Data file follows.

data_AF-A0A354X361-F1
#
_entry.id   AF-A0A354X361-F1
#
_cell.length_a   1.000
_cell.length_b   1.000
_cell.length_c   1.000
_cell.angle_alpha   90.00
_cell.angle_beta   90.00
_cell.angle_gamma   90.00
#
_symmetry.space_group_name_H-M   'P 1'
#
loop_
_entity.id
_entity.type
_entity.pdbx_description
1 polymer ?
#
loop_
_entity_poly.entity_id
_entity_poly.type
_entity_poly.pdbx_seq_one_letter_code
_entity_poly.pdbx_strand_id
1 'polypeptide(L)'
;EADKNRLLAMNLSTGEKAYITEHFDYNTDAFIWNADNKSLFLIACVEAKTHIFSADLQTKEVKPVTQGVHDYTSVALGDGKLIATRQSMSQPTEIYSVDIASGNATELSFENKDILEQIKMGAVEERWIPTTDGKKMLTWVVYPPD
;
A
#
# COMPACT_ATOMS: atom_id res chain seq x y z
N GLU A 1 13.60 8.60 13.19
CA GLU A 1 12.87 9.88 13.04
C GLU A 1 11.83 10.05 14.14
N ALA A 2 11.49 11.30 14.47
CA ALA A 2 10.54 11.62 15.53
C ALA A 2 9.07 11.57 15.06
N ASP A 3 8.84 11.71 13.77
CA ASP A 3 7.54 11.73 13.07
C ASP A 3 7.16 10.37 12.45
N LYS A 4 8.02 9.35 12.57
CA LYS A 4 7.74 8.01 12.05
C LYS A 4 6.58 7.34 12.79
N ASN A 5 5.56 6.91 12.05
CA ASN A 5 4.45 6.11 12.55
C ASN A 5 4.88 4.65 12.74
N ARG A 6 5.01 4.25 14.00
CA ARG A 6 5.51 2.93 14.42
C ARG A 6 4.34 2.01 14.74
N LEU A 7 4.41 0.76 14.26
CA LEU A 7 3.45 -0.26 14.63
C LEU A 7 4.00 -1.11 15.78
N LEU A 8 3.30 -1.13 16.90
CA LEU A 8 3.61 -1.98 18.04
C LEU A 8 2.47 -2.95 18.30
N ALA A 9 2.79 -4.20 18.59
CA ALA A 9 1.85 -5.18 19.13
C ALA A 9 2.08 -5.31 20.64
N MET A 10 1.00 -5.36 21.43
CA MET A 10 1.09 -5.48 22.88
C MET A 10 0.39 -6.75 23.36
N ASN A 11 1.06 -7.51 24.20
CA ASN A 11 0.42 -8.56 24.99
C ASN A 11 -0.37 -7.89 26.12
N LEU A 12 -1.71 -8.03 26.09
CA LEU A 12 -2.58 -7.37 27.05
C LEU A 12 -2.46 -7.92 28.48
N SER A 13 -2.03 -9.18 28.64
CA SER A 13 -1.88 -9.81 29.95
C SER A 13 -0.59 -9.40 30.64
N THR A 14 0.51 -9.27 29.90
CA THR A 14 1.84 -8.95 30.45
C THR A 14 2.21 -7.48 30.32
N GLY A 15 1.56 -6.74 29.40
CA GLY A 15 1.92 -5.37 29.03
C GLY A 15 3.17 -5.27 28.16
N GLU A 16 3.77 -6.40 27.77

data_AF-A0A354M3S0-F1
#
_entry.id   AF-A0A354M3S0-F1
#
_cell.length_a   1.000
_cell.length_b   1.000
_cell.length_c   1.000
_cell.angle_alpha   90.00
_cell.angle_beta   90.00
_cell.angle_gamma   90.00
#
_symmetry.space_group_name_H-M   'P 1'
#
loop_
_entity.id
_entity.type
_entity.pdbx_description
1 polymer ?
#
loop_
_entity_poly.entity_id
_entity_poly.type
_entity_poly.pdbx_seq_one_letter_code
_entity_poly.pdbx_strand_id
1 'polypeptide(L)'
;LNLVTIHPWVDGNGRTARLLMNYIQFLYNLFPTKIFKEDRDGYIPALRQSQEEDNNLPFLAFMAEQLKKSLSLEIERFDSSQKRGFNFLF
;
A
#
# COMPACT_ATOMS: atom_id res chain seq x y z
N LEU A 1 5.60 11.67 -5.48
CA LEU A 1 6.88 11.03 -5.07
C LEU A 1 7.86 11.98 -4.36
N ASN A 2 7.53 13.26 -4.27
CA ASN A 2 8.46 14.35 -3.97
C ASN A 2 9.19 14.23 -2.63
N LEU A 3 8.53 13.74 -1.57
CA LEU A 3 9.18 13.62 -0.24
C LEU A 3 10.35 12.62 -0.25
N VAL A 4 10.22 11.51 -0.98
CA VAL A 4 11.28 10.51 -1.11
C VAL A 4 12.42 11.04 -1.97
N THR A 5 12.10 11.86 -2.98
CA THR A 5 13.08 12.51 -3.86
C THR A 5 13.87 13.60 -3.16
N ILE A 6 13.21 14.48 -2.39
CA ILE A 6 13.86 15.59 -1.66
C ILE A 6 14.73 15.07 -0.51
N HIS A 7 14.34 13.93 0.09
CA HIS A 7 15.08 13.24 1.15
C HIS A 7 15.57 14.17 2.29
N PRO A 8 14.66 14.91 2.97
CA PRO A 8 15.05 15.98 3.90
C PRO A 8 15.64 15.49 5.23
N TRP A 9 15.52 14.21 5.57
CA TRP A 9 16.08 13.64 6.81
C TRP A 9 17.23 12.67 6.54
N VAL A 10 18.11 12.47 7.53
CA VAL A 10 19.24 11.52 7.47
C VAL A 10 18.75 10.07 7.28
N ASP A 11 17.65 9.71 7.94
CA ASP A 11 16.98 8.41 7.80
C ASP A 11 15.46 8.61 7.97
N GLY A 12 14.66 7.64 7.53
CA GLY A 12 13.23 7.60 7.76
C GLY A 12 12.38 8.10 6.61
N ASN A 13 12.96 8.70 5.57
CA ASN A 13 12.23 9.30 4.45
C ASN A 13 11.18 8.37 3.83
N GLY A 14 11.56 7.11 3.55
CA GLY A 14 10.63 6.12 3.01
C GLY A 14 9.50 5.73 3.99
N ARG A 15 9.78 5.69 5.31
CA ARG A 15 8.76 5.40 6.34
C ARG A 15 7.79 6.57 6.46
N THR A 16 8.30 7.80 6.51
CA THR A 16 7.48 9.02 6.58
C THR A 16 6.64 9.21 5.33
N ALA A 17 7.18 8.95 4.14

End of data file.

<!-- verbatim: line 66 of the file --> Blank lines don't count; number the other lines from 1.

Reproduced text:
C LEU A 12 -2.46 -7.92 28.48